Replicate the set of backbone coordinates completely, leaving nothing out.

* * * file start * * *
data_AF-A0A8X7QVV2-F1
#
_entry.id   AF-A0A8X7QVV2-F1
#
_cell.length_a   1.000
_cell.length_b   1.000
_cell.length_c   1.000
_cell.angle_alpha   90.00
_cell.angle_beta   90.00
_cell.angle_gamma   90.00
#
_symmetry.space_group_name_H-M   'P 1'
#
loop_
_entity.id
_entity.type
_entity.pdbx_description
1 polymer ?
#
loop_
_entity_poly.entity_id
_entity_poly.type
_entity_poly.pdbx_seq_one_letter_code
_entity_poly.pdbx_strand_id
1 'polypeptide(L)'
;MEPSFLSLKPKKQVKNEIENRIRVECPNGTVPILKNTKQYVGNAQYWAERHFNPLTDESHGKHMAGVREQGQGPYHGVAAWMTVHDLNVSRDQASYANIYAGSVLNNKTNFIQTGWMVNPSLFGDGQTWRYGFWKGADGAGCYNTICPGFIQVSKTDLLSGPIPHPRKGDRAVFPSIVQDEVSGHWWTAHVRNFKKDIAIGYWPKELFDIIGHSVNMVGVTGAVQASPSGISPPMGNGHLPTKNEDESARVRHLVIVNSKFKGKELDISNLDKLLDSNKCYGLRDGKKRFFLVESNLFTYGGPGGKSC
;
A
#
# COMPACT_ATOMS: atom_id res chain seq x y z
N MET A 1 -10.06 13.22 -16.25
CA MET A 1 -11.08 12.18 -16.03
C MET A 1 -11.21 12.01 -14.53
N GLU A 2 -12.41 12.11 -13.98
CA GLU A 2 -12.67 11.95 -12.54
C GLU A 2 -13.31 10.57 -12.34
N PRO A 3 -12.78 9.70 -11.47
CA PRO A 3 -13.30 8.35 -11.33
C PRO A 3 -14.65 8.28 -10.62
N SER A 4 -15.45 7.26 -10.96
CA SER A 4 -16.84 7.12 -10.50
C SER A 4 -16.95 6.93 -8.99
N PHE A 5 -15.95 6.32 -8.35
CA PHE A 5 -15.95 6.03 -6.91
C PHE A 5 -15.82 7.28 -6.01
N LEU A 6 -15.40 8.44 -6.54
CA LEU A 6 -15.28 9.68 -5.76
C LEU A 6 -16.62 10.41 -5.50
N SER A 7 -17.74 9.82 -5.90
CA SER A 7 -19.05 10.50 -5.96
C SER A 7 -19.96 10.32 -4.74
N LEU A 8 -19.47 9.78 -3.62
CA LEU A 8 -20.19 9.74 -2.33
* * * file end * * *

data_AF-A0A8X7QVV2-F1
#
_entry.id   AF-A0A8X7QVV2-F1
#
_cell.length_a   1.000
_cell.length_b   1.000
_cell.length_c   1.000
_cell.angle_alpha   90.00
_cell.angle_beta   90.00
_cell.angle_gamma   90.00
#
_symmetry.space_group_name_H-M   'P 1'
#
loop_
_entity.id
_entity.type
_entity.pdbx_description
1 polymer ?
#
loop_
_entity_poly.entity_id
_entity_poly.type
_entity_poly.pdbx_seq_one_letter_code
_entity_poly.pdbx_strand_id
1 'polypeptide(L)'
;MEPSFLSLKPKKQVKNEIENRIRVECPNGTVPILKNTKQYVGNAQYWAERHFNPLTDESHGKHMAGVREQGQGPYHGVAAWMTVHDLNVSRDQASYANIYAGSVLNNKTNFIQTGWMVNPSLFGDGQTWRYGFWKGADGAGCYNTICPGFIQVSKTDLLSGPIPHPRKGDRAVFPSIVQDEVSGHWWTAHVRNFKKDIAIGYWPKELFDIIGHSVNMVGVTGAVQASPSGISPPMGNGHLPTKNEDESARVRHLVIVNSKFKGKELDISNLDKLLDSNKCYGLRDGKKRFFLVESNLFTYGGPGGKSC
;
A
#
# COMPACT_ATOMS: atom_id res chain seq x y z
N MET A 1 -10.06 13.22 -16.25
CA MET A 1 -11.08 12.18 -16.03
C MET A 1 -11.21 12.01 -14.53
N GLU A 2 -12.41 12.11 -13.98
CA GLU A 2 -12.67 11.95 -12.54
C GLU A 2 -13.31 10.57 -12.34
N PRO A 3 -12.78 9.70 -11.47
CA PRO A 3 -13.30 8.35 -11.33
C PRO A 3 -14.65 8.28 -10.62
N SER A 4 -15.45 7.26 -10.96
CA SER A 4 -16.84 7.12 -10.50
C SER A 4 -16.95 6.93 -8.99
N PHE A 5 -15.95 6.32 -8.35
CA PHE A 5 -15.95 6.03 -6.91
C PHE A 5 -15.82 7.28 -6.01
N LEU A 6 -15.40 8.44 -6.54
CA LEU A 6 -15.28 9.68 -5.76
C LEU A 6 -16.62 10.41 -5.50
N SER A 7 -17.74 9.82 -5.90
CA SER A 7 -19.05 10.50 -5.96
C SER A 7 -19.96 10.32 -4.74
N LEU A 8 -19.47 9.78 -3.62
CA LEU A 8 -20.19 9.74 -2.33